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  Partner: UNT Libraries Government Documents Department
 Decade: 1950-1959
 Serial/Series Title: NACA Technical Reports
 Collection: National Advisory Committee for Aeronautics Collection
Icing-protection requirements for reciprocating-engine induction systems

Icing-protection requirements for reciprocating-engine induction systems

Date: January 1, 1950
Creator: Rollin, V. G.; Coles, W. D. & Mulholland, D. R.
Description: None
Contributing Partner: UNT Libraries Government Documents Department
Comparison of High-Speed Operating Characteristics of Size 215 Cylindrical-Roller Bearings as Determined in Turbojet Engine and in Laboratory Test Rig

Comparison of High-Speed Operating Characteristics of Size 215 Cylindrical-Roller Bearings as Determined in Turbojet Engine and in Laboratory Test Rig

Date: January 1, 1952
Creator: Macks, E Fred & Nemeth, Zolton N
Description: A comparison of the operating characteristics of 75-millimeter-bore (size 215) cylindrical-roller one-piece inner-race-riding cage-type bearings was made by means of a laboratory test rig and a turbojet engine. Cooling correlation parameters were determined by means of dimensional analysis, and the generalized results for both the inner- and the outer-race bearing operating temperatures are computed for the laboratory test rig and the turbojet engine. A method is given that enables the designer to predict the inner- and outer-race turbine roller-bearing temperatures from single curves, regardless of variations in speed, load, oil flow, oil inlet temperature, oil inlet viscosity, oil-jet diameter, or any combination of these parameters.
Contributing Partner: UNT Libraries Government Documents Department
Experimental investigation of free-convection heat transfer in vertical tube at large Grashof numbers

Experimental investigation of free-convection heat transfer in vertical tube at large Grashof numbers

Date: January 1, 1955
Creator: Eckert, E R G & Diaguila, A J
Description: Report presents the results of an investigation conducted to study free-convection heat transfer in a stationary vertical tube closed at the bottom. The walls of the tube were heated, and heated air in the tube was continuously replaced by fresh cool air at the top. The tube was designed to provide a gravitational field with Grashof numbers of a magnitude comparable with those generated by the centrifugal field in rotating-blade coolant passages (10(8) to 10(13)). Local heat-transfer coefficients in the turbulent-flow range and the temperature field within the fluid were obtained.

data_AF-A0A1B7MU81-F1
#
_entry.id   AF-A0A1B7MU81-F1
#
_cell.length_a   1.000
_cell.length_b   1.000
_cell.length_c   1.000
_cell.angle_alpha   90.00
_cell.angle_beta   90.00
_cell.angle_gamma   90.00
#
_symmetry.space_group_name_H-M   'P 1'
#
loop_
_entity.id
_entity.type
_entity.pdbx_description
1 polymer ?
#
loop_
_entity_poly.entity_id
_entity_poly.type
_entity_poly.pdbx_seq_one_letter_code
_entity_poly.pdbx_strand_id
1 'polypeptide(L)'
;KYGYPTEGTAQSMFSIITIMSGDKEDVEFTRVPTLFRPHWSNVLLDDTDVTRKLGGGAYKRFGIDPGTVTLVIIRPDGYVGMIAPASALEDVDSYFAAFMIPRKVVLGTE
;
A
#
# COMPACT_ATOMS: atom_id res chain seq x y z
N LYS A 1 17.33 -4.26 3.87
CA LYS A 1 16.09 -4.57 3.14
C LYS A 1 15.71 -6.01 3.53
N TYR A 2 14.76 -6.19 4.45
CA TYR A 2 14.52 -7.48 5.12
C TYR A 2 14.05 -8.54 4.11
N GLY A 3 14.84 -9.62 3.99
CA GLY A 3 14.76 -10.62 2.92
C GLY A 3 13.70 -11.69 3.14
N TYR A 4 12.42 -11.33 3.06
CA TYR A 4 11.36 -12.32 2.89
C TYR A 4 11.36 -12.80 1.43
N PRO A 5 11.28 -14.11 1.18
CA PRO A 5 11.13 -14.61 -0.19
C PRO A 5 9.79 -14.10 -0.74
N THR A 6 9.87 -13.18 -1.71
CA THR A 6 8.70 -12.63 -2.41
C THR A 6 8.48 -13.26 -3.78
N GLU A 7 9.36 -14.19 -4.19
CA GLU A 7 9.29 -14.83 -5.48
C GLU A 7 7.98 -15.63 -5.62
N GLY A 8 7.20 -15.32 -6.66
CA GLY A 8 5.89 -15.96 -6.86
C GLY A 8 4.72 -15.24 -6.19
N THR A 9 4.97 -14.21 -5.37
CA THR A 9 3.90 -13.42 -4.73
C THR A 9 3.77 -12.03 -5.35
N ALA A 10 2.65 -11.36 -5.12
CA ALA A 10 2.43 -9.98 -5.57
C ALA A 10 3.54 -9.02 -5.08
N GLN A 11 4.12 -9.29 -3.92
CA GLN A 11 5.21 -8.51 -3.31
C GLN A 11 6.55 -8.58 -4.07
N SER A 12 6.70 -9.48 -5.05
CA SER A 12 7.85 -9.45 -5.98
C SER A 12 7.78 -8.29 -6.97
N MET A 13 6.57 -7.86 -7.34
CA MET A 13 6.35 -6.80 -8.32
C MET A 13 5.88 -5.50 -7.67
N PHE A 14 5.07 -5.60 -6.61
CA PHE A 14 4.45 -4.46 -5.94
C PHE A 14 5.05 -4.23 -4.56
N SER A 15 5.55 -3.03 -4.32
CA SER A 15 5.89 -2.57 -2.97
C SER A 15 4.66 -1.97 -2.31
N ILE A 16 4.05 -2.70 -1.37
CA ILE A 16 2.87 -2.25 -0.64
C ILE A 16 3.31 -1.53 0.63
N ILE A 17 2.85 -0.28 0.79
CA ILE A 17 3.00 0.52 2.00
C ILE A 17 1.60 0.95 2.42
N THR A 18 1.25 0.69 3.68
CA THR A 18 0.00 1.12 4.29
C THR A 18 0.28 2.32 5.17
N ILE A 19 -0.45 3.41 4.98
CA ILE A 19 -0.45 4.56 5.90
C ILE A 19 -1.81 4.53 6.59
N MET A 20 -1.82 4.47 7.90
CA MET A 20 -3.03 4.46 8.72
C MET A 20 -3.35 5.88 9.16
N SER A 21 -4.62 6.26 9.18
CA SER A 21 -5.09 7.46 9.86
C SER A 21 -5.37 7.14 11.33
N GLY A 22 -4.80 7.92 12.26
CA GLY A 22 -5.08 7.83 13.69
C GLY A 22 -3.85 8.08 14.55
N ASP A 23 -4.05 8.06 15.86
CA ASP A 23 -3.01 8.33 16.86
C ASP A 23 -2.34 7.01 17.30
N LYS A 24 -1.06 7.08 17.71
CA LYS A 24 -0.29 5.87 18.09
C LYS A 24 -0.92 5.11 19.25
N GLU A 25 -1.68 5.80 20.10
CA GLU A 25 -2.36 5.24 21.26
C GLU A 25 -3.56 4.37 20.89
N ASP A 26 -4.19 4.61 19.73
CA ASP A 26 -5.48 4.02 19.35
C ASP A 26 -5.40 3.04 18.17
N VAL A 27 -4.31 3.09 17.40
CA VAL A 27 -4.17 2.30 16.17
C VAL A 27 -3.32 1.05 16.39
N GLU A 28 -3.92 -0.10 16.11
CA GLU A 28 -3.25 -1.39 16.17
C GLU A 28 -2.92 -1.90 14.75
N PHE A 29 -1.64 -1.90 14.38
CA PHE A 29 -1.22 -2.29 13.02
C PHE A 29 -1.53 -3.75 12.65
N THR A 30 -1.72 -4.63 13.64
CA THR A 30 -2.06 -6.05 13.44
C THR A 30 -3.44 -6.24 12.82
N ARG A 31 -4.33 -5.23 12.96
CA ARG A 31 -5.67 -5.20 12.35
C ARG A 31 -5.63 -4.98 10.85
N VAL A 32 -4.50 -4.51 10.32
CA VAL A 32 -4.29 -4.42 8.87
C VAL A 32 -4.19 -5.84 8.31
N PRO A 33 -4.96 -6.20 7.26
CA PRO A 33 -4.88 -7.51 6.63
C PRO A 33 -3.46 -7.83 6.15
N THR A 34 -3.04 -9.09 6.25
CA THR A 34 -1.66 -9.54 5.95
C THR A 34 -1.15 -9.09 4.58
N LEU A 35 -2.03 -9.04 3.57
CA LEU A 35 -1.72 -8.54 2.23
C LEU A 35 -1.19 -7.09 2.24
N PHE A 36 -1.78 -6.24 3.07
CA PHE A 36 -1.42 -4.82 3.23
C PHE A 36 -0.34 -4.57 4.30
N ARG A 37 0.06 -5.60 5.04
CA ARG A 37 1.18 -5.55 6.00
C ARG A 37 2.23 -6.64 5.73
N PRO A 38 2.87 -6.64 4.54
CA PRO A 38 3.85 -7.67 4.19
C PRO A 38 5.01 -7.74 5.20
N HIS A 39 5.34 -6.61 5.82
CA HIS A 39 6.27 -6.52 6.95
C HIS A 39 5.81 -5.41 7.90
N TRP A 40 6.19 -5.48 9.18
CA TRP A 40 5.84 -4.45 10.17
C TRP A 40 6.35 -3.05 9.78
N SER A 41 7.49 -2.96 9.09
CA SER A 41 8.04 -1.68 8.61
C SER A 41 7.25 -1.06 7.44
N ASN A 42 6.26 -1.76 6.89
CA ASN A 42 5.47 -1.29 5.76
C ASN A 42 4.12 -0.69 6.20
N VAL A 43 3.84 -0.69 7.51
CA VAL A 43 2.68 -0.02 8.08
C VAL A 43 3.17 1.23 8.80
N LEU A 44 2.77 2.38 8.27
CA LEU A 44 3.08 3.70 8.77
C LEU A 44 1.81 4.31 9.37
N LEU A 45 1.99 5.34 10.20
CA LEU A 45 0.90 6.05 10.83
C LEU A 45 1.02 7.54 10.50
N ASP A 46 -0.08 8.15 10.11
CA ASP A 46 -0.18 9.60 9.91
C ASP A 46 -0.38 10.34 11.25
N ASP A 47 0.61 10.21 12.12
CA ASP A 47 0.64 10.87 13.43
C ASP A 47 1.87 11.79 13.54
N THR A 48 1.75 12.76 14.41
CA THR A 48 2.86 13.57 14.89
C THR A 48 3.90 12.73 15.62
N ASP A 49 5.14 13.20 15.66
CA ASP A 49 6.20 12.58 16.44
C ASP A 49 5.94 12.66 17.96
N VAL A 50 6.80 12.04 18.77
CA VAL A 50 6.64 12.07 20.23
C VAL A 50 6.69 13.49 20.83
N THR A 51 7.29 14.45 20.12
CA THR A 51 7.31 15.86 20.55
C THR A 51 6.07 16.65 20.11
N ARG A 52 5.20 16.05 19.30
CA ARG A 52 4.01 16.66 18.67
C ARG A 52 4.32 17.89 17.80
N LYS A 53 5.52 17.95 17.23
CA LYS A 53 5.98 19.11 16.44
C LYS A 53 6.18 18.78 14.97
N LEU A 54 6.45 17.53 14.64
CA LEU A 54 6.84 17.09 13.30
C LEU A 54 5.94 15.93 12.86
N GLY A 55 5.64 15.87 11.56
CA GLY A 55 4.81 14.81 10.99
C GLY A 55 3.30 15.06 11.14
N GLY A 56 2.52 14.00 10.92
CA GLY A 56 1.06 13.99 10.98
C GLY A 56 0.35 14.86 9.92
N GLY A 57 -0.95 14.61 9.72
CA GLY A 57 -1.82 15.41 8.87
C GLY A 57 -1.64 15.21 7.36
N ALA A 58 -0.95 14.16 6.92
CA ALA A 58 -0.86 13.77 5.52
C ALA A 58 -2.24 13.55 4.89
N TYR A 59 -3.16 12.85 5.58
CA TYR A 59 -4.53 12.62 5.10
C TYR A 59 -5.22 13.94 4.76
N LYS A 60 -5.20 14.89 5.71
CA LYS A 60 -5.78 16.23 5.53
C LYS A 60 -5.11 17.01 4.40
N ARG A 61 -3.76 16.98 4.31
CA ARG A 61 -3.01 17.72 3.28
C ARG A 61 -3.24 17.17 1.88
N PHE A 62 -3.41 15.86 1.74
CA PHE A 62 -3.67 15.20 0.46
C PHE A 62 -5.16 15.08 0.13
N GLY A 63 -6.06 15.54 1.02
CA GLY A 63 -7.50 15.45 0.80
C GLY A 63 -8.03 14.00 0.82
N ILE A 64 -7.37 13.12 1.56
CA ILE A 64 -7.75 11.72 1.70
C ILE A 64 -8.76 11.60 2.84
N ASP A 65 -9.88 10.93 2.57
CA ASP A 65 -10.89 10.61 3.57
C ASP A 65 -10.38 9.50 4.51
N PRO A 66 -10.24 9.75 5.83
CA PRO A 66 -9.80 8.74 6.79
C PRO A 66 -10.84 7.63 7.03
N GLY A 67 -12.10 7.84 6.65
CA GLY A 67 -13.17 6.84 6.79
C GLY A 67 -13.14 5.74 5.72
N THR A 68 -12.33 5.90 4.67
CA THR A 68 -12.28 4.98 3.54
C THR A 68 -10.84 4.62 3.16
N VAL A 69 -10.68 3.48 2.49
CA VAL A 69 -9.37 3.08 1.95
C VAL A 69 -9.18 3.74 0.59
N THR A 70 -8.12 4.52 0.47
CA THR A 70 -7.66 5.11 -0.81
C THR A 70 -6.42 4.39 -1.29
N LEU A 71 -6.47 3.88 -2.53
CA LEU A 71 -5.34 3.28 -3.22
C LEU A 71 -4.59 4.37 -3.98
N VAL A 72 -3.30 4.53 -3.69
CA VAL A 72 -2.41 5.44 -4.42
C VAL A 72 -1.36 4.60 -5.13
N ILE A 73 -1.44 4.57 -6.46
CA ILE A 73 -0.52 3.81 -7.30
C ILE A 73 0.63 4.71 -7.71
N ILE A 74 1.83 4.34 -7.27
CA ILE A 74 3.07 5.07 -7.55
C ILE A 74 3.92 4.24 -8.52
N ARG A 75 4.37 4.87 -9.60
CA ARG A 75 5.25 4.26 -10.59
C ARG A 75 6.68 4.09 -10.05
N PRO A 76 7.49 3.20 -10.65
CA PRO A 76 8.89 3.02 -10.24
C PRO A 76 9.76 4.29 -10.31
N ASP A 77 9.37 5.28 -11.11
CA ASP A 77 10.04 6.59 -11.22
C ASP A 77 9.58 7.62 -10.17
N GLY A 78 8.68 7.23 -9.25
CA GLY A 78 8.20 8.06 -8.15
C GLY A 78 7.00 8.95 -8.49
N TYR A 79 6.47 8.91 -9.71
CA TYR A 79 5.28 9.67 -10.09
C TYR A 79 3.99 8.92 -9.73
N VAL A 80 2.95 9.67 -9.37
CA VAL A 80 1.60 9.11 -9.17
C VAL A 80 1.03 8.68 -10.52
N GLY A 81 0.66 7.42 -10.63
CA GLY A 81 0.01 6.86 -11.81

Contributing Partner: UNT Libraries Government Documents Department
Statistical measurements of contact conditions of 478 transport-airplane landings during routine daytime operations

Statistical measurements of contact conditions of 478 transport-airplane landings during routine daytime operations

Date: January 1, 1955
Creator: Silsby, Norman S
Description: Statistical measurements of contact conditions have been obtained, by means of a special photographic technique, of 478 landings of present-day transport airplanes made during routine daylight operations in clear air at the Washington National Airport. From the measurements, sinking speeds, rolling velocities, bank angles, and horizontal speeds at the instant before contact have been evaluated and a limited statistical analysis of the results has been made and is reported in this report.
Contributing Partner: UNT Libraries Government Documents Department
Charts for estimating tail-rotor contribution to helicopter directional stability and control in low-speed flight

Charts for estimating tail-rotor contribution to helicopter directional stability and control in low-speed flight

Date: January 1, 1955
Creator: Amer, Kenneth B & Gessow, Alfred
Description: Theoretically derived charts and equations are presented by which tail-rotor design studies of directional trim and control response at low forward speed can be conveniently made. The charts can also be used to obtain the main-rotor stability derivatives of thrust with respect to collective pitch and angle of attack at low forward speeds. The use of the charts and equations for tail-rotor design studies is illustrated. Comparisons between theoretical and experimental results are presented. The charts indicate, and flight tests confirm, that the region of vortex roughness which is familiar for the main rotor is also encountered by the tail rotor and that prolonged operation at the corresponding flight conditions would be difficult.
Contributing Partner: UNT Libraries Government Documents Department
Theoretical prediction of pressure distributions on nonlifting airfoils at high subsonic speeds

Theoretical prediction of pressure distributions on nonlifting airfoils at high subsonic speeds

Date: January 1, 1955
Creator: Spreiter, John R & Alksne, Alberta